A grant from the Forest Enhancement Society of BC (FESBC) is helping to convert wood fibre to generate electricity.
The funding will allow speciality transport company Valley Carriers to bring 24,000 cubic metres of wood fibre into the city of Merritt to be utilised as bioenergy instead of burning it in slash piles.
Valley Carriers initially explored an opportunity to use a forest slash bundler to see what it could recover in waste residual forest fibre piled along forestry roads in the area. The pilot hoped to prepare biomass bundles that could be transported by regular logging trucks; however, the company modified its approach following a full evaluation of the bundler and opted for a more conventional grinding operation.
The funding has made it possible for Valley Carriers to extend its grinding operations and keep up to 10 people employed with 5,750 ‘person-hours’ generated from this project. Ben Klassen, CEO of Valley Carriers, said the grant is projected to generate $1.75 million (€1.18 million) in revenue that will help to support the community that has endured ‘multiple sawmill curtailments and closures’ over the last decade.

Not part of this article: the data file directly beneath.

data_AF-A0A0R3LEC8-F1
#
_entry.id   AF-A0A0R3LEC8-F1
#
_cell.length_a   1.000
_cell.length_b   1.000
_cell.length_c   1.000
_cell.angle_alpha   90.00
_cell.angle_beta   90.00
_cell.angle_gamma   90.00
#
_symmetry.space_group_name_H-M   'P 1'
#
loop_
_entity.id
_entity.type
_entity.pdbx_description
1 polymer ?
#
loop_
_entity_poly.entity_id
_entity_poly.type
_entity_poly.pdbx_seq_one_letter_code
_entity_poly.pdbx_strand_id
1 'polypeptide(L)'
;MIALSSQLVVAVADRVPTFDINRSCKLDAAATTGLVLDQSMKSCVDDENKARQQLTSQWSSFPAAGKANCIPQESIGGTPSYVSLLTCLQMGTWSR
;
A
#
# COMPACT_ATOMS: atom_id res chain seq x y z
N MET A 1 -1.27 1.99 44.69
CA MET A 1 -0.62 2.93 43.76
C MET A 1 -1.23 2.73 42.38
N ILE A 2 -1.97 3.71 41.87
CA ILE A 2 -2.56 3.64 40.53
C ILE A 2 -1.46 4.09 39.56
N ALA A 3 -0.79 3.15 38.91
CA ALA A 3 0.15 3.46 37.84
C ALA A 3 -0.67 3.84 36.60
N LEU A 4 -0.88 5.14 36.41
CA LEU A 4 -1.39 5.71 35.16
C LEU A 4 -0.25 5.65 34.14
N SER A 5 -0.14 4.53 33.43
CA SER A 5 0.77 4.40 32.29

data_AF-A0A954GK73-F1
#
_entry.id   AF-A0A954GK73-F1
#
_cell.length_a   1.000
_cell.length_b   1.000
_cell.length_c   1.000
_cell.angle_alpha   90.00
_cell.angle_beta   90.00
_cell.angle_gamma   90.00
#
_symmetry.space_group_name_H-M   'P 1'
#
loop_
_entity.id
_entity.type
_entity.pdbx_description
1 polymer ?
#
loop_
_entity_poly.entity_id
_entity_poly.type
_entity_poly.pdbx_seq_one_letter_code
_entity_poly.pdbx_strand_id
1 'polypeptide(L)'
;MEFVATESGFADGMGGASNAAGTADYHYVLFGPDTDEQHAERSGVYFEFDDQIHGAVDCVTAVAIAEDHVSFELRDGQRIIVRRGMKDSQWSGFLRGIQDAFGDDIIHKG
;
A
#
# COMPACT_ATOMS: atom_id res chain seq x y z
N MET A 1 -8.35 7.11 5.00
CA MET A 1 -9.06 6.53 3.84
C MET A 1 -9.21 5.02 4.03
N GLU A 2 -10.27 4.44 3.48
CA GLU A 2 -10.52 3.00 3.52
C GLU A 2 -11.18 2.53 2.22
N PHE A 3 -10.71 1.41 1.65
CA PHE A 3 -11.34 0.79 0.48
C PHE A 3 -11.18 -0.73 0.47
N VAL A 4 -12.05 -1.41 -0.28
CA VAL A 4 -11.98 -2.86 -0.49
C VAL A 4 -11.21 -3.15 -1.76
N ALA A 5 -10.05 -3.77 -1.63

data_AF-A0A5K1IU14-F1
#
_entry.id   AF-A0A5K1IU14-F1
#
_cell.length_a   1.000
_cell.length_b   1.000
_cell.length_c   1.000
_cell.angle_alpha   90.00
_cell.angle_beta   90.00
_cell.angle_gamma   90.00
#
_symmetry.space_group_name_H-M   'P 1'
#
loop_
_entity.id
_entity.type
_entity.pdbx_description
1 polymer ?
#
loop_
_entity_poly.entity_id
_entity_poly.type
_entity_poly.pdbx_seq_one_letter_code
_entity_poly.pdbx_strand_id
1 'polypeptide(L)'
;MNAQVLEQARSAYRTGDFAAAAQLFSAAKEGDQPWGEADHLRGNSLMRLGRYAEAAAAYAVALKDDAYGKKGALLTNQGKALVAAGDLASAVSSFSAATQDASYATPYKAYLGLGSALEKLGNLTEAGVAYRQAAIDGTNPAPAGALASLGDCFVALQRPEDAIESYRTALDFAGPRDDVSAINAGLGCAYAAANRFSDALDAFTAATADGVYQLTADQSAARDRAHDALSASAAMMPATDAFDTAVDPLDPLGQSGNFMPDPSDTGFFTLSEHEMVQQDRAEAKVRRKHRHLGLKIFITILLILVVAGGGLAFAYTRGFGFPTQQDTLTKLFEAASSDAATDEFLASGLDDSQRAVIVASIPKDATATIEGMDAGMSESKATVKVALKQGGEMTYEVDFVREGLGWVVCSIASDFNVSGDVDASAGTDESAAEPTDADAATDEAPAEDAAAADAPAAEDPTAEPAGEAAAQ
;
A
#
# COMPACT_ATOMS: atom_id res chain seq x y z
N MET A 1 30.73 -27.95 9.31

“The project trial has some initial challenges, but what we appreciate about working with the team at Valley Carriers is its approach and innovative style,” said Dave Conly, operations manager at FESBC.
“They have been able to pivot and get into the grinding business to assist the local economy in improving forest fibre utilisation. By all accounts, it has been a great success so far and a benefit to BC’s environment and economy.”
With the $416,029 (€280,500) grant from FESBC, the recovered fibre will be delivered to Merritt Green Energy and used to generate electricity. When the residual fibre is utilised instead of burned in slash piles, there are fewer greenhouse gas emissions, contributing towards BC and Canada’s climate change targets.
Derek Mobbs, interior operations manager at Valley Carriers, commented: “The FESBC funding is allowing us to provide a solution for fibre removal that was previously burned because of high hauling and transport costs.
“It is great to see the wood fibre in the brush piles being utilised instead of burned and to see extra value created out of our local timber resources.”